Open Budget Survey
The Open Budget Survey 2017
Amid declining public trust in government and increasing inequality, progress toward global budget transparency has stalled for the first time in a decade.
Many governments around the world are making less information available about how they raise and spend public money, according to the results of the Open Budget Survey 2017. After 10 years of steady progress by countries, the 2017 survey shows a modest decline in average global budget transparency scores, from 45 in 2015 to 43 in 2017 for the 102 countries that were surveyed in both rounds (scores are out of a possible 100). This is in stark contrast to the average increase of roughly two points documented among comparable countries in each round of the survey between 2008 and 2015. The reversal of transparency gains is particularly discouraging given roughly three-quarters of the countries assessed do not publish sufficient budget information (a score of 61 or higher), seriously undermining the ability of citizens worldwide to hold their government accountable for using public funds efficiently and effectively.
Launched in 2006, the Open Budget Survey (OBS) is the world’s only independent, comparative assessment of the three pillars of public budget accountability: transparency, oversight and public participation. The sixth round of this biennial assessment, the 2017 survey evaluated 115 countries across six continents, adding 13 new countries to the survey since the last round in 2015.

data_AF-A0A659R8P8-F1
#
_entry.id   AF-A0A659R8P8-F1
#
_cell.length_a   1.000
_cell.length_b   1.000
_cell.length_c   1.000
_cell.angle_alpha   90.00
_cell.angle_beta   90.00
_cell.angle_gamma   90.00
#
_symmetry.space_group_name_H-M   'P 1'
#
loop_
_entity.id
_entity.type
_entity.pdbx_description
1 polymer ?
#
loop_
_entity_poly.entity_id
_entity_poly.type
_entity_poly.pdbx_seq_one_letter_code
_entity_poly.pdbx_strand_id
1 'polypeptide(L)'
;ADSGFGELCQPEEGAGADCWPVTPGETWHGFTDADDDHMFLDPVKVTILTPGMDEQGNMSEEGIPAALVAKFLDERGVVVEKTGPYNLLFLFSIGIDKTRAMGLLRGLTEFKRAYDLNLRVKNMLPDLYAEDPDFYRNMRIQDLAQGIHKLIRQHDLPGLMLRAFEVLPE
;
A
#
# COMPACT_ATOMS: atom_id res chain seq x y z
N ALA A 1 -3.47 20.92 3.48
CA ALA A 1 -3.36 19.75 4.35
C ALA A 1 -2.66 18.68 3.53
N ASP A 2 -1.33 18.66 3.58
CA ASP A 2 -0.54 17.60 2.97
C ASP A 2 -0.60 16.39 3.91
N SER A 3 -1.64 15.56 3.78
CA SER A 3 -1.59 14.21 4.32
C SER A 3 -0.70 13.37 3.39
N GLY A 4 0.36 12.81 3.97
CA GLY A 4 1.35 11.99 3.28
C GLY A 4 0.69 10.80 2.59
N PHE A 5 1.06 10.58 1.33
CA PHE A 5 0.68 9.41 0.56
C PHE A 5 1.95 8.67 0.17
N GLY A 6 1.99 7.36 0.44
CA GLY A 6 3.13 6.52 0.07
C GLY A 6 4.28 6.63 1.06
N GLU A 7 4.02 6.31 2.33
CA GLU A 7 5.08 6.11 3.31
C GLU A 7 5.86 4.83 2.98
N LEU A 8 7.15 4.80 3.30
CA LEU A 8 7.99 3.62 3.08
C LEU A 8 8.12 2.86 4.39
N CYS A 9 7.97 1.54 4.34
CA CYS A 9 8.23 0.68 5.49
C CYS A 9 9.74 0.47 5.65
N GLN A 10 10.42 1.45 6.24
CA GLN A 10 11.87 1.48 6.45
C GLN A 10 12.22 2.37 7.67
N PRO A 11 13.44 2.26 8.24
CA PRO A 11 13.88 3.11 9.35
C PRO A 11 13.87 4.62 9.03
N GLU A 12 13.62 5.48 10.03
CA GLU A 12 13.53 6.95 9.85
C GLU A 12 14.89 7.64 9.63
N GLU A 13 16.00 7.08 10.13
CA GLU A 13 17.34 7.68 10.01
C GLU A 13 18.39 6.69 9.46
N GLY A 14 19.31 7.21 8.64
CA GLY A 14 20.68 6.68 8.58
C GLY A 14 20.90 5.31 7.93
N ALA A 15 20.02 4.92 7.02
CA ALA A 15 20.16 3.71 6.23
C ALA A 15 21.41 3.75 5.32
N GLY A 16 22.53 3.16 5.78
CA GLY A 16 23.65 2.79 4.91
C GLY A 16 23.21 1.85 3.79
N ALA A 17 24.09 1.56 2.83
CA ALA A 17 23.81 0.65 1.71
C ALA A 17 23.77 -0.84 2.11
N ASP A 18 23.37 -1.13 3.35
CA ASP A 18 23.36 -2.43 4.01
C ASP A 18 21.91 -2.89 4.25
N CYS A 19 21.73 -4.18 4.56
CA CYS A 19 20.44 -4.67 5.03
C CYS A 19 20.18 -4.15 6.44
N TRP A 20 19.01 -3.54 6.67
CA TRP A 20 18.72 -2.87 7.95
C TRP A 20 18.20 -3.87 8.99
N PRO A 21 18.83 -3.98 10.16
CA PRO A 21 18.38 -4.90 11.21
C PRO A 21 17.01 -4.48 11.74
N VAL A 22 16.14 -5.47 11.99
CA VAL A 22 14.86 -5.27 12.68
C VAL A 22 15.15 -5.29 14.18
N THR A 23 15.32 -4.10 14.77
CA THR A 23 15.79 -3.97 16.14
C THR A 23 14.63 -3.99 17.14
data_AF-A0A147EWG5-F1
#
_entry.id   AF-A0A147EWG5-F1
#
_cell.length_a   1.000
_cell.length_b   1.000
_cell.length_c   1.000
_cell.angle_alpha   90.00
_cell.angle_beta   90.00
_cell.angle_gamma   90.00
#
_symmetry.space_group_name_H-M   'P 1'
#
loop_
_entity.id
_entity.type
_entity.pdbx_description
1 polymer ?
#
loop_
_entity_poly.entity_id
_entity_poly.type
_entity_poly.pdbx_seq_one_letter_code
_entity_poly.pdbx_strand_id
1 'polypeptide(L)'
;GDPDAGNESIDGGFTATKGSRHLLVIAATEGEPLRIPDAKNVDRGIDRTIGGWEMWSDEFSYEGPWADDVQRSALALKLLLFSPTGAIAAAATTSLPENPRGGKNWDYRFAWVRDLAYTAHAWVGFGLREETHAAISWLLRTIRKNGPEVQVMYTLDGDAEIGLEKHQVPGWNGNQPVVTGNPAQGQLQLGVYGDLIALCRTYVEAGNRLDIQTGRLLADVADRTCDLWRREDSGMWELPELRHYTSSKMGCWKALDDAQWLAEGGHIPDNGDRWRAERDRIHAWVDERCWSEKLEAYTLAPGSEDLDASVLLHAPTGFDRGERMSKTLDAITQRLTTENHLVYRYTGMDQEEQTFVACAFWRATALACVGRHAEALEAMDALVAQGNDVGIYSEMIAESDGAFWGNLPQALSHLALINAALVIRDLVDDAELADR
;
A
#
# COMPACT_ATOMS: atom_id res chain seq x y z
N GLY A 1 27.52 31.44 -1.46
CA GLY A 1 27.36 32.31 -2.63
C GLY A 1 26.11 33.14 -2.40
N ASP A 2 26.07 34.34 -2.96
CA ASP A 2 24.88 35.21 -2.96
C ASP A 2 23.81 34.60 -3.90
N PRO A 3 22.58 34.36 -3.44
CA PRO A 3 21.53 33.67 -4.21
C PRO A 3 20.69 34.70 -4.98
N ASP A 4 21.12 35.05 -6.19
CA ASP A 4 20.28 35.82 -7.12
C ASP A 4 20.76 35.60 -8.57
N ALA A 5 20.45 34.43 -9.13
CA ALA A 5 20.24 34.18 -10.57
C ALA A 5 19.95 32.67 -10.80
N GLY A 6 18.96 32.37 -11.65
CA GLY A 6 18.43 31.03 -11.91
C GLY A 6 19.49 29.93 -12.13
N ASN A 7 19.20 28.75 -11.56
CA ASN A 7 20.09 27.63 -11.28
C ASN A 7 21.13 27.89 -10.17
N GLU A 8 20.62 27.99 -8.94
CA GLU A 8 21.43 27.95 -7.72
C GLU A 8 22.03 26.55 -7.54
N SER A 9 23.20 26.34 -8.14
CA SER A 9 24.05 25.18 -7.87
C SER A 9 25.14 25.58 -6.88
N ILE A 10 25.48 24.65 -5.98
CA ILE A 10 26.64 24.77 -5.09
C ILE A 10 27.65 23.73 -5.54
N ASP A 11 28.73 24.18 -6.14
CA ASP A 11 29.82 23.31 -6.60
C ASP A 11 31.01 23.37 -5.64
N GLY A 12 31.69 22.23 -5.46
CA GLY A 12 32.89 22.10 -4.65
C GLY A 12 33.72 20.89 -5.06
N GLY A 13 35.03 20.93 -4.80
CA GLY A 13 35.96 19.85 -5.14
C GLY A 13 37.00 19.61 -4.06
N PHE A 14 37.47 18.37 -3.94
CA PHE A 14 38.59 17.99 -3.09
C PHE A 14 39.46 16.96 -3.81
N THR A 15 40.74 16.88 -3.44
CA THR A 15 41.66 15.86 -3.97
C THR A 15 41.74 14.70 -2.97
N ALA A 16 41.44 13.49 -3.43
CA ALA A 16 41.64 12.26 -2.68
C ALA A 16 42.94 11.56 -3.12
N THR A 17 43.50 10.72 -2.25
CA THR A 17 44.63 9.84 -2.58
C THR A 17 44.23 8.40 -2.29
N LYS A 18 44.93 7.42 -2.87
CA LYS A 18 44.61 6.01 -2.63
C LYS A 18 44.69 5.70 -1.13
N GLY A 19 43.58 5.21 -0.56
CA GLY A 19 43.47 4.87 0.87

Open Budget Survey 2017 Key Findings: Budget Transparency
The Open Budget Survey assesses budget transparency based on the amount and timeliness of budget information governments are making publicly available. Each country is given a score between 0 and 100 that determines its ranking on the Open Budget Index.
In addition to the 2017 survey showing a modest decline in average global budget transparency scores, other transparency findings show:
- Declines in budget transparency were most dramatic in Sub-Saharan Africa, where the average budget transparency scores fell by 11 points between 2015 and 2017.
- Other regions experienced small increases or small declines in their scores, with the exception of Asia, where the average score rose more substantially.
- A number of countries have experienced significant gains in transparency since they were first included in the survey, including Georgia, Jordan, Mexico and Senegal.
Although overall global transparency has declined from 2015, the level of transparency in 2017 remains well above where it was a decade ago. In addition, while the number of publicly available budget documents decreased in this round of the survey compared to 2015, those documents that are published contain slightly more information now than they did in previous years.
Transparency scores in this round of the survey show that any government, irrespective of region or culture, can become more transparent. The vast majority of countries could quickly improve transparency by making documents they already produce publicly available.